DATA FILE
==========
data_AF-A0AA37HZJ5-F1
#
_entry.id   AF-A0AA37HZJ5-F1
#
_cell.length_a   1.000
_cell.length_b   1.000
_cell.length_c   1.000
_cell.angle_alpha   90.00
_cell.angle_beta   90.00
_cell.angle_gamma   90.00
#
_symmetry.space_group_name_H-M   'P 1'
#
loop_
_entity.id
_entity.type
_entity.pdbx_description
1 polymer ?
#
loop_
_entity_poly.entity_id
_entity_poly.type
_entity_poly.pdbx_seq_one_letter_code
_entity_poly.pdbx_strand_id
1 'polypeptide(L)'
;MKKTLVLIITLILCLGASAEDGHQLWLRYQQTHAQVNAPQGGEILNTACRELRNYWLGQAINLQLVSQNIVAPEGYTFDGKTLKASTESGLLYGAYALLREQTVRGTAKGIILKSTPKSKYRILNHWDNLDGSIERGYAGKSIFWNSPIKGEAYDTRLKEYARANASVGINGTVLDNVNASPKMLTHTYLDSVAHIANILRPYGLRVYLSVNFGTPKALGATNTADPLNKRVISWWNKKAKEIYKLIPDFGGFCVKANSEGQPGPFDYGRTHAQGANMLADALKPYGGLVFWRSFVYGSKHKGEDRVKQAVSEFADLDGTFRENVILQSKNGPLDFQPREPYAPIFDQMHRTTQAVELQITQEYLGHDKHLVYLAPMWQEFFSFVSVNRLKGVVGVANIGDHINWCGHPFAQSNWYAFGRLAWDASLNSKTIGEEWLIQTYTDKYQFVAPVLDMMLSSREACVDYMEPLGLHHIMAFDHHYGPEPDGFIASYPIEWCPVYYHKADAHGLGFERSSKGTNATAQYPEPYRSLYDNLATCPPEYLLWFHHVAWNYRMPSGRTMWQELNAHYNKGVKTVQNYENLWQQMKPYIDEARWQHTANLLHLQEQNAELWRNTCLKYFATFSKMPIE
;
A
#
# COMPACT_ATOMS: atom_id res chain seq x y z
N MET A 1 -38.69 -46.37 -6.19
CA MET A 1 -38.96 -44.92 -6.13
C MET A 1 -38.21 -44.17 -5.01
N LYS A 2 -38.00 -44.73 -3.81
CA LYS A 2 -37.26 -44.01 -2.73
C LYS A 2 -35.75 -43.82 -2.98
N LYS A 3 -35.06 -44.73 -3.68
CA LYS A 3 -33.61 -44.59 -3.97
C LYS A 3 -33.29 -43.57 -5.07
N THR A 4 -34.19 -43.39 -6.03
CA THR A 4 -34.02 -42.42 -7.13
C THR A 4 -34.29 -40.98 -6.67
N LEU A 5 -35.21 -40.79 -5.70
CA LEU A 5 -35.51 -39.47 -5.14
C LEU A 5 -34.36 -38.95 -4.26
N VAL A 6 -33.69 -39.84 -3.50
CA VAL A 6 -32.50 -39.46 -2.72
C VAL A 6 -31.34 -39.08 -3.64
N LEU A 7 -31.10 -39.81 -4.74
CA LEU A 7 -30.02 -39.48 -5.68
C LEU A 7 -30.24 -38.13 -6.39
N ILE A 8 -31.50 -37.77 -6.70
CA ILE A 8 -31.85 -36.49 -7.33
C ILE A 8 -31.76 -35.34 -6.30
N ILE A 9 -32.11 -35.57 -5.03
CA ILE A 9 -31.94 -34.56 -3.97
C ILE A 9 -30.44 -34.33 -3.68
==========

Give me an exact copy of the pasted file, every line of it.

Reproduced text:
data_AF-A0AA37HZJ5-F1
#
_entry.id   AF-A0AA37HZJ5-F1
#
_cell.length_a   1.000
_cell.length_b   1.000
_cell.length_c   1.000
_cell.angle_alpha   90.00
_cell.angle_beta   90.00
_cell.angle_gamma   90.00
#
_symmetry.space_group_name_H-M   'P 1'
#
loop_
_entity.id
_entity.type
_entity.pdbx_description
1 polymer ?
#
loop_
_entity_poly.entity_id
_entity_poly.type
_entity_poly.pdbx_seq_one_letter_code
_entity_poly.pdbx_strand_id
1 'polypeptide(L)'
;MKKTLVLIITLILCLGASAEDGHQLWLRYQQTHAQVNAPQGGEILNTACRELRNYWLGQAINLQLVSQNIVAPEGYTFDGKTLKASTESGLLYGAYALLREQTVRGTAKGIILKSTPKSKYRILNHWDNLDGSIERGYAGKSIFWNSPIKGEAYDTRLKEYARANASVGINGTVLDNVNASPKMLTHTYLDSVAHIANILRPYGLRVYLSVNFGTPKALGATNTADPLNKRVISWWNKKAKEIYKLIPDFGGFCVKANSEGQPGPFDYGRTHAQGANMLADALKPYGGLVFWRSFVYGSKHKGEDRVKQAVSEFADLDGTFRENVILQSKNGPLDFQPREPYAPIFDQMHRTTQAVELQITQEYLGHDKHLVYLAPMWQEFFSFVSVNRLKGVVGVANIGDHINWCGHPFAQSNWYAFGRLAWDASLNSKTIGEEWLIQTYTDKYQFVAPVLDMMLSSREACVDYMEPLGLHHIMAFDHHYGPEPDGFIASYPIEWCPVYYHKADAHGLGFERSSKGTNATAQYPEPYRSLYDNLATCPPEYLLWFHHVAWNYRMPSGRTMWQELNAHYNKGVKTVQNYENLWQQMKPYIDEARWQHTANLLHLQEQNAELWRNTCLKYFATFSKMPIE
;
A
#
# COMPACT_ATOMS: atom_id res chain seq x y z
N MET A 1 -38.69 -46.37 -6.19
CA MET A 1 -38.96 -44.92 -6.13
C MET A 1 -38.21 -44.17 -5.01
N LYS A 2 -38.00 -44.73 -3.81
CA LYS A 2 -37.26 -44.01 -2.73
C LYS A 2 -35.75 -43.82 -2.98
N LYS A 3 -35.06 -44.73 -3.68
CA LYS A 3 -33.61 -44.59 -3.97
C LYS A 3 -33.29 -43.57 -5.07
N THR A 4 -34.19 -43.39 -6.03
CA THR A 4 -34.02 -42.42 -7.13
C THR A 4 -34.29 -40.98 -6.67
N LEU A 5 -35.21 -40.79 -5.70
CA LEU A 5 -35.51 -39.47 -5.14
C LEU A 5 -34.36 -38.95 -4.26
N VAL A 6 -33.69 -39.84 -3.50
CA VAL A 6 -32.50 -39.46 -2.72
C VAL A 6 -31.34 -39.08 -3.64
N LEU A 7 -31.10 -39.81 -4.74
CA LEU A 7 -30.02 -39.48 -5.68
C LEU A 7 -30.24 -38.13 -6.39
N ILE A 8 -31.50 -37.77 -6.70
CA ILE A 8 -31.85 -36.49 -7.33
C ILE A 8 -31.76 -35.34 -6.30
N ILE A 9 -32.11 -35.57 -5.03
CA ILE A 9 -31.94 -34.56 -3.97
C ILE A 9 -30.44 -34.33 -3.68